Uncontrollable seizures kept Joanna from doing what she enjoyed most: making cookies. Baking brought her joy, purpose and a sense of accomplishment. But for years, her frequent and debilitating seizures made the simple, joyous act impossible.

Today, thanks to her successful epilepsy surgery, Joanna can bake again. She tells her doctor, Sima Patel, MD—a leading epileptologist who practices at the University of Minnesota Physicians (M Physicians) Saint Louis Park Clinic’s MINCEP Epilepsy Care Program and the M Health Fairview neurology clinic—that going two years without a seizure has changed her life. 

“The University of Minnesota Physicians has strong research and clinical infrastructure that allows our team to bring new medications, as well as surgical options, to our epilepsy patients,” Dr. Patel says.

Dr. Patel is inspired to give back. “I chose to become a doctor when I was in seventh grade,” she says. “Both of my parents had chronic illnesses and passed away when I was in high school. I felt it was important for me to help others since my own family was helped numerous times by amazing medical teams.” 

What is Epilepsy?

Epilepsy is a chronic condition characterized by unpredictable seizures that often impact a patient's emotional and physical health, ability to drive and overall quality of life. “One can think of epilepsy as a network disease,” Dr. Patel says. 

It’s a neurological disorder that disturbs the network in multiple parts of the brain and with symptoms that vary from person-to-person. Anti-seizure medication is often the key to successful treatment, but current drug therapies don’t work for everyone. Many patients get no relief from existing medicines. For them, epilepsy surgery or participating in a clinical trial may provide possible hope for relief and seizure reduction.

“About a third of epilepsy patients continue to have seizures despite taking anti-seizure medications. We need novel epilepsy pharmacotherapies that are more potent with more favorable side effect profiles for people with complex, drug-resistant epilepsy.”

Dr. Sima Patel

Promising Anti-Seizure Medications

Dr. Patel works with a multidisciplinary team of physicians, providers and administrators that treat patients with complex epilepsy while also educating future neurologists in epilepsy care, and advancing relevant science and technology, including work at the “cutting-edge of new novel epilepsy drug therapies,” Dr. Patel says. 

“Medications are important elements in our ‘doctor toolbox, and new drug therapies allow us to strengthen this toolbox,” Dr. Patel says. “Access to novel therapies that are potent, efficacious and may have fewer side effects can offer our patients hope,” she adds.

Two new anti-seizure medications show promise in clinical trials (a process to demonstrate efficacy and safety that can take several years before a new drug becomes broadly available). Dr. Patel is actively participating in these trials and says she is excited to see improvement in several of her patients.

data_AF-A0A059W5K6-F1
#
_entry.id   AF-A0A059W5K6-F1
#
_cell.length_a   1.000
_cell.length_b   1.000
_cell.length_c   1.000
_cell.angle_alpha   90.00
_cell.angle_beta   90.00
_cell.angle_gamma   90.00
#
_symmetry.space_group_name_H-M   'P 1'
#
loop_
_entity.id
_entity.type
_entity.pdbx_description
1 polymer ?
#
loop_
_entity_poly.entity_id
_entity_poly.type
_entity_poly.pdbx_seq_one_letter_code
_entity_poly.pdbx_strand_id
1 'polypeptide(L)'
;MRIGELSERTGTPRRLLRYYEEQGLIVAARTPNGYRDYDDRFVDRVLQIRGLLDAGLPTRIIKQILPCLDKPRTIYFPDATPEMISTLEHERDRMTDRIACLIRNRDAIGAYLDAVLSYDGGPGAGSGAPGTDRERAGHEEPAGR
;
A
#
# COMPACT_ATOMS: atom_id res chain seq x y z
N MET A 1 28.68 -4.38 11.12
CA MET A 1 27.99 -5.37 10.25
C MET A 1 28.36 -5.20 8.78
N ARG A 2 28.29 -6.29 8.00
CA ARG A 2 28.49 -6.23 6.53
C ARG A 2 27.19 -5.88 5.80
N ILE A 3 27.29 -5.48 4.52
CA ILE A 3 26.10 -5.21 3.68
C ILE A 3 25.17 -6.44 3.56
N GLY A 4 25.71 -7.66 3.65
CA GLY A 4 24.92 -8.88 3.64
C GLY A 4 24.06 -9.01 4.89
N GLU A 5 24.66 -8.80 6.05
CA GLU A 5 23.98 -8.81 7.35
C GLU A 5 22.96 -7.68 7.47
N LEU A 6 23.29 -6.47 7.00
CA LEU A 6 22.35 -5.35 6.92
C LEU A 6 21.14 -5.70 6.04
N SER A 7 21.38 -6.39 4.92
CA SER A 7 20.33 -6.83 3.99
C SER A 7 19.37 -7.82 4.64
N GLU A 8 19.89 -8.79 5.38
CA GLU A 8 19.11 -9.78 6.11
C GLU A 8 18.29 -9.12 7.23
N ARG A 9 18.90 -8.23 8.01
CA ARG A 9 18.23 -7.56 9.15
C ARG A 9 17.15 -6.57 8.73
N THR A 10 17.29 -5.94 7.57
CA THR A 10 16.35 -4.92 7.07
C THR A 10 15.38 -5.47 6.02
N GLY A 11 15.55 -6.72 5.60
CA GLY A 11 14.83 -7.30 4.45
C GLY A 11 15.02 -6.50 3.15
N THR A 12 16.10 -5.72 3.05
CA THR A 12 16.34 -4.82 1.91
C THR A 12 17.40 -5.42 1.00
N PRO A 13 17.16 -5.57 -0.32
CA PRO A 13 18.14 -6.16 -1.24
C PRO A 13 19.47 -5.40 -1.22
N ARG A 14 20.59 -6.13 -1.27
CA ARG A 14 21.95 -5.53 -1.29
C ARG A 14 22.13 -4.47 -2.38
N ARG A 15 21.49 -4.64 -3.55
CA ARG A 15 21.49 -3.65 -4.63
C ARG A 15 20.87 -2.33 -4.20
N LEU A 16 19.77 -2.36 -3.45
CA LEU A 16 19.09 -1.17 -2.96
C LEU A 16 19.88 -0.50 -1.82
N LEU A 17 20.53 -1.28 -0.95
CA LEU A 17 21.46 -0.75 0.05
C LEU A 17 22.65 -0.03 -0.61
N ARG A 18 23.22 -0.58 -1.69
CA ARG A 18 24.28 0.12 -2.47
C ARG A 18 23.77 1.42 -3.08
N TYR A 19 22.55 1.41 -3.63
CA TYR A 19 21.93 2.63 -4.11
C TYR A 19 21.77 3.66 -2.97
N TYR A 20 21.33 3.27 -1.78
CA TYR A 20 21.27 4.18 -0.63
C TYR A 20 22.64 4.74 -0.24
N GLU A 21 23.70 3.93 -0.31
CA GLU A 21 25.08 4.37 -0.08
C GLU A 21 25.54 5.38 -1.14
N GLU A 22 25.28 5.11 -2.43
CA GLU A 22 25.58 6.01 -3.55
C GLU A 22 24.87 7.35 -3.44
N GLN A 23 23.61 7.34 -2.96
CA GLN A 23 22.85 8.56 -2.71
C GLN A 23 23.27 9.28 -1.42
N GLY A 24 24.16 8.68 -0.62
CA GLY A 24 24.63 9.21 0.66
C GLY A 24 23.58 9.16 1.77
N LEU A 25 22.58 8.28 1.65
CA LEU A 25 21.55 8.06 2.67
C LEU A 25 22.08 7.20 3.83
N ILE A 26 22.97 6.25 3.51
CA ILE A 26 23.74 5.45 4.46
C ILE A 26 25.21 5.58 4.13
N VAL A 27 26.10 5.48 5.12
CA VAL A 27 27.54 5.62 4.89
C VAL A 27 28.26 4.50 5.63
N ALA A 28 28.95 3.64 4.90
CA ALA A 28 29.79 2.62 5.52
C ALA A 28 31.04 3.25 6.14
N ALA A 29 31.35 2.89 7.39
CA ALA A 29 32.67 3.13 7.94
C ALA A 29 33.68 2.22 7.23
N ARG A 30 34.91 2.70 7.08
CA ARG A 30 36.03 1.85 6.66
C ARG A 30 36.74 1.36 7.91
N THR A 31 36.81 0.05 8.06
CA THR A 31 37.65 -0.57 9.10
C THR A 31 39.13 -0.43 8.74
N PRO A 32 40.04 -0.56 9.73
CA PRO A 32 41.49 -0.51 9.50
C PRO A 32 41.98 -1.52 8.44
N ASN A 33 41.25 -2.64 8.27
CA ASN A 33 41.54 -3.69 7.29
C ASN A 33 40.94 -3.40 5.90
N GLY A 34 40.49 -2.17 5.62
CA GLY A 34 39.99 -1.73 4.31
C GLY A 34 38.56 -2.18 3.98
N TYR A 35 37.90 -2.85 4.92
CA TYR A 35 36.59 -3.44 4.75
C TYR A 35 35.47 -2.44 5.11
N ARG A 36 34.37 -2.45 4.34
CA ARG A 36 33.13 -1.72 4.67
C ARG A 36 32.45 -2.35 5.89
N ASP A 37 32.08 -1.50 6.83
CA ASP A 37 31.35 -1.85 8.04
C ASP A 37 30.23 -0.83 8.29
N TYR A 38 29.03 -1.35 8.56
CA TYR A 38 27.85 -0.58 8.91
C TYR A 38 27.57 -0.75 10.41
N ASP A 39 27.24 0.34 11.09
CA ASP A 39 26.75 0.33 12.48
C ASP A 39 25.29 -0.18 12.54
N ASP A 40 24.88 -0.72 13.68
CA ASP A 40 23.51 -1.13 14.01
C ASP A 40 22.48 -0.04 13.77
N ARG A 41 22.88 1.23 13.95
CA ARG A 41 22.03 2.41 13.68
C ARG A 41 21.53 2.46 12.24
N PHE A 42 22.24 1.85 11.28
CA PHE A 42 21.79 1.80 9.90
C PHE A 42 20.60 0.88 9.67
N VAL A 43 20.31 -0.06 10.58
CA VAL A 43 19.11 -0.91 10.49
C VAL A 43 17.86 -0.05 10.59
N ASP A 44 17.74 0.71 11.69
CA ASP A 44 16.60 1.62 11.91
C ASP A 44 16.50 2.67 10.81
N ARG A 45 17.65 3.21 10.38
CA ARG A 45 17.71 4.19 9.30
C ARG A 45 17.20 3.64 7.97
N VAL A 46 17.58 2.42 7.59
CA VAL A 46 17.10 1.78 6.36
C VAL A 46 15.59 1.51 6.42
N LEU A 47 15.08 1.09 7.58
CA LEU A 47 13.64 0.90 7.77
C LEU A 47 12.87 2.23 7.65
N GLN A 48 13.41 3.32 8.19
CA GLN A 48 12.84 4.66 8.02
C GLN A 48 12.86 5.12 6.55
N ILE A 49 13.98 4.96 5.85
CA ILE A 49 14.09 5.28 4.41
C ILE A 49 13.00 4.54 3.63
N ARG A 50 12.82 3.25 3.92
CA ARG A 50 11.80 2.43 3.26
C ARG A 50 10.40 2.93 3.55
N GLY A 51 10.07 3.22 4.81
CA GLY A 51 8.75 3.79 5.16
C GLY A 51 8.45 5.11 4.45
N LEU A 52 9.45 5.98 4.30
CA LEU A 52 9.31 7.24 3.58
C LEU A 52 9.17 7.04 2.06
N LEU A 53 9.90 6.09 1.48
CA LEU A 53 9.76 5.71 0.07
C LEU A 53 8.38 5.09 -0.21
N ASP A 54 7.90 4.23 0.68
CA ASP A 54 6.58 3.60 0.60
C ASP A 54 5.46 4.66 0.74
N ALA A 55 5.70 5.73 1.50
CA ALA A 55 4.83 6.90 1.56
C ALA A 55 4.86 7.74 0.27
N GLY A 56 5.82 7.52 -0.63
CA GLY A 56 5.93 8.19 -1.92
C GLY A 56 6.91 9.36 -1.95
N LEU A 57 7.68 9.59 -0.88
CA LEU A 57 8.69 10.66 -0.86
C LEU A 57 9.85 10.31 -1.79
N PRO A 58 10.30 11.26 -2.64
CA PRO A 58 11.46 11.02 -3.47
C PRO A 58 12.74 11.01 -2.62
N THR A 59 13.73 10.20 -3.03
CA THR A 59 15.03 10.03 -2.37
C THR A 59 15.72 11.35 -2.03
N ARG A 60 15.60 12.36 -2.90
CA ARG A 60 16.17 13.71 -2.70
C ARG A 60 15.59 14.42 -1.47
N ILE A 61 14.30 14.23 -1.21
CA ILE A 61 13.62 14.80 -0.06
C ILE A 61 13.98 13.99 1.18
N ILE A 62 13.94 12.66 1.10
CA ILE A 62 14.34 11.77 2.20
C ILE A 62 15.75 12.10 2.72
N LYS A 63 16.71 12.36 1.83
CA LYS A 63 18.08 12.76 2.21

The first novel drug is in Phase III trials, a randomized, double-blind, placebo-controlled, multi-center study, taking place in many different locations. This rigorous methodology requires extensive collaboration with colleagues around the world. “We are learning as a community,” Dr. Patel says.

The other novel drug is in Phase II. Both of the new drugs show promise for treating adults with drug-resistant epilepsy. Some studies show a response rate of more than 75% with reductions in seizures from baseline versus about a 50% reduction for current medications.

Sima Patel

Caring for Her Patients

In addition to clinical trials, Dr. Patel is particularly interested in women’s health. With some patients, building a strong doctor-patient relationship within the “sacred space of trust” is key to enabling more accurate diagnoses and better treatments, Dr. Patel says.

One patient had a history of serious and complex health issues, including seizures that had been misdiagnosed by previous doctors as mainly psychological. During Amy’s first pregnancy, she has suffered from frequent seizures, possibly due to changes in hormone levels that offset or interfered with her seizure medications.

During Amy’s second pregnancy, Dr. Patel took a different approach after recognizing the complexity of Amy’s epilepsy. Dr. Patel and the clinic staff monitored Amy regularly, making adjustments to medication as needed. The results were dramatic: Amy experienced only two or three seizures over the entire nine-month period. 

Dr. Patel continues to see Amy, who is now in her third pregnancy and has been seizure-free for two years. Dr. Patel says she is pleased with Amy’s continued progress, adding “I am excited to see what Amy will do next.” 

“Success can be measured in terms of seeing the patient get one step closer to achieving their goals. The opportunity to help make our patients’ lives better is truly an honor. The practice of medicine gives me an opportunity to have a defined purpose, to learn from my patients as well as to help them achieve their goals, and I am very humbled by the confidence our patients give us. It is truly a powerful gift.”